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Angels In America - Thomas Newman - Soundtrack

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Genre: Soundtrack / Artist: Thomas Newman / Soundtrack / Audio CD released 2004-02-16 at Nonesuch

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      12.01.2008 00:45
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      Thomas Newman's greatest achievement yet (IMHO)

      Many film score fans have often wondered what would come out if Thomas Newman mixed his older orchestral styles of Little Women and Shawshank Redemption with his more funky experimental styles of American Beauty and Erin Brockwich. Well, the most affirmative answer would have to be Angels in America, written for the 2003 HBO TV adaptation of Tony Kushner's Pulitzer Prize winning stage play, starring Al Pacino, Justin Kirk, Meryl Streep and Emma Thompson among a large ensemble cast working under the direction of Mike Nichols about a group of gay people living under the threat of the AIDS epidemic in the 1980s New York City. Newman's basic approach here takes a traditional full orchestra to which he then adds some more exotic soloistic instruments like a kantele, esraj, skin drums, ice metals, bodhran, lute, manipulated violin, dayre, processed chimes, guitars of many different types (traditional, baritone electric, high-string) as well as some more traditional soloistic instruments like oboe, violin and piano, and to all of this adds a number of vocal soloists and a choir. These all create a very diverse musical canvas that is at times sublime and harsh, but always touchingly harmonic. Newman's approach to depict the emotions beneath the surface lends the music a more transparent quality that never really jumps at you. After listening to the score and then viewing the film I was reinforced in my thoughts. The music is always in the background and almost never takes centrestage in the action. You can hear it, but you are never disturbed by it. For the most unmusical it might even slip by without any notice at all, but it is still there, weaving its sub-conscious messages to our understandings. And when taken out of the film the music stands well by itself without ever sounding like it "needs" pictures to accompany it. The music itself is used very sparingly when taken into account that Angels is six hours long in total. Therefore the music is never degraded into mere sound for the sake of sound. You will never hear any music where there is no real need for it.

      The score has three main themes that are highlighted in their initial presentations by the use of the oboe, an instrument used to depict the migratory aspects of the story as it is stated in the film itself: "If the duck was a song bird, it would sound like this: nasal, desolate, the call of migratory things." The main title is a perfect representation of this with its broad, minor-key dialogue of the oboe and string orchestra, with the odd sorts of guitar and other chimes constantly in the background creating a soft imbalance. It is a fuller depiction of the US as a whole as we glide over familiar American landmarks shrouded in misty clouds, and when the trumpets and choir enter half-way through as we descend on New York, the more baroque spiritual sides are brought to the fore. This beautiful main title theme doesn't make too many appearances on album, with the only note-worthy appearance taking place in the cue "The Mormons," where it is played with a fiddle with counterpoint from guitar, but the main title already shows us Newman's method of scoring this mini-series that is apparent throughout Angels in America in providing constantly harmonious music while taking a few other soloistic instruments to perform more off-beat accents in the background. This approach creates a strange, magical quality to the writing that is absolutely phenomenal. These accents skew the music from sounding too conventional but never disrupt the flow of harmony.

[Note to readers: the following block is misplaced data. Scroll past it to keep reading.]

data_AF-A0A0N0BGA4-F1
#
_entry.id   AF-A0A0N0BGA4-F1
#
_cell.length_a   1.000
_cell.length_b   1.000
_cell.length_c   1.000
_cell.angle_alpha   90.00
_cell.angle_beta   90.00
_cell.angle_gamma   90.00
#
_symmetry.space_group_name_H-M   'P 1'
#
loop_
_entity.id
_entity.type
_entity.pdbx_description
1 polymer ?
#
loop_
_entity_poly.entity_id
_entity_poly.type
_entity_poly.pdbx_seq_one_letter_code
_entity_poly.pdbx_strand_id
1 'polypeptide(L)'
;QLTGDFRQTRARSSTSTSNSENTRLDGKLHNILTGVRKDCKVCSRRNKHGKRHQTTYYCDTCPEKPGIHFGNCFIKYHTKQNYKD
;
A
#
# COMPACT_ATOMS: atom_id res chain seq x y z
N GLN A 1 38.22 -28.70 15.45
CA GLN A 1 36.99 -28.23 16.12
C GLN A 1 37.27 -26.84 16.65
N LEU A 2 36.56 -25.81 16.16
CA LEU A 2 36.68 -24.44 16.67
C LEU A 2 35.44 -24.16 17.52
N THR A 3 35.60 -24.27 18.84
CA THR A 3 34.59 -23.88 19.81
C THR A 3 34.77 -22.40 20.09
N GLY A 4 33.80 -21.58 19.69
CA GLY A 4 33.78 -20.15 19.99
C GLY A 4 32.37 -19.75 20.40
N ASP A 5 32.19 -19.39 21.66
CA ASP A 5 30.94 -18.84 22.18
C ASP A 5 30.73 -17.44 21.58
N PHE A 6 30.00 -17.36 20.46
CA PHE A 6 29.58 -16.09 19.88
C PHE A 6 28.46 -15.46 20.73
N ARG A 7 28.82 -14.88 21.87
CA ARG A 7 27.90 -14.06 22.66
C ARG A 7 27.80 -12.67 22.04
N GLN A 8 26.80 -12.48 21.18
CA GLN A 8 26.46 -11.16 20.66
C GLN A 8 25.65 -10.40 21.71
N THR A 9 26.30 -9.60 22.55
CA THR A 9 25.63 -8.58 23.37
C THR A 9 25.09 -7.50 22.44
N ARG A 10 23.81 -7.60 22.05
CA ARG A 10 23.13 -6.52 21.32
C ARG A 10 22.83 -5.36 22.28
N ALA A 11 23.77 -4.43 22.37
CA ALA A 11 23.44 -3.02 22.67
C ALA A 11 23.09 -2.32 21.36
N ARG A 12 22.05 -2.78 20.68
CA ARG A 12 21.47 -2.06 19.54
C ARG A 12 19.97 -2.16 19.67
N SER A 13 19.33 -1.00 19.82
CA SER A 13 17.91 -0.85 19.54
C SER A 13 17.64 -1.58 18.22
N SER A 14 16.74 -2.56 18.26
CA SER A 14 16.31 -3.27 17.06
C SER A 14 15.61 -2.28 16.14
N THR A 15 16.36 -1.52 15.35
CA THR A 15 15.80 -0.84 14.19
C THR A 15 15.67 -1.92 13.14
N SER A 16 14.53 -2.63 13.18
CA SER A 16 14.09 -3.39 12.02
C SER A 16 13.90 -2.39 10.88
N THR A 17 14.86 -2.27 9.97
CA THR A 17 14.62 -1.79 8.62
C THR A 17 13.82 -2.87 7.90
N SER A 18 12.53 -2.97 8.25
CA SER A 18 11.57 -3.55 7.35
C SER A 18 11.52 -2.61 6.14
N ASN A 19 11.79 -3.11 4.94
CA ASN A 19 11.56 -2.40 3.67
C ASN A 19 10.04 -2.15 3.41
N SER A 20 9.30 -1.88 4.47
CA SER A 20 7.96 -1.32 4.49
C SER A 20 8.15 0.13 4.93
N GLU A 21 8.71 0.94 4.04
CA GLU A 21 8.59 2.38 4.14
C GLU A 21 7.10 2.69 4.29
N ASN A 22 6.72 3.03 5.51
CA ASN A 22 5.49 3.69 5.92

The second large theme is for the more emotional migration of leaving one's loved one behind and moving on with one's life. It is first presented in "Ellis Island" and is more gently beguiling than the main theme. It is again presented with the oboe in the foreground and makes several appearances throughout in cues like "Bethesda Fountain" and "Tropopause." This gentle theme, however, does not essentially differ much from the initial melodic style of the main theme, the main difference stemming more from dispensing with the use of the off-beat accents of the speciality instruments and offering a more content atmosphere. The third major theme is for the depiction of Prior Walter's angelic mission that is a mix of both the two other major themes with its mix of gentleness and gorgeous, minor-keyed spirituality and magnificence. The first appearance for it comes in "Ozone" where we again can hear the oboe, and making further appearances in "More Life" and "The Great Work Begins" where it receives its most extended and glorious appearance and makes for a great album highlight, if not even one of the highlights of Thomas Newman's entire career. And when followed without break by the phenomenal cue "Tropopause" with the Ellis Island theme intoned by two female vocalists in counterpoint, it makes for an utterly stunning conclusion. These two tracks alone could already warrant the purchase of the album.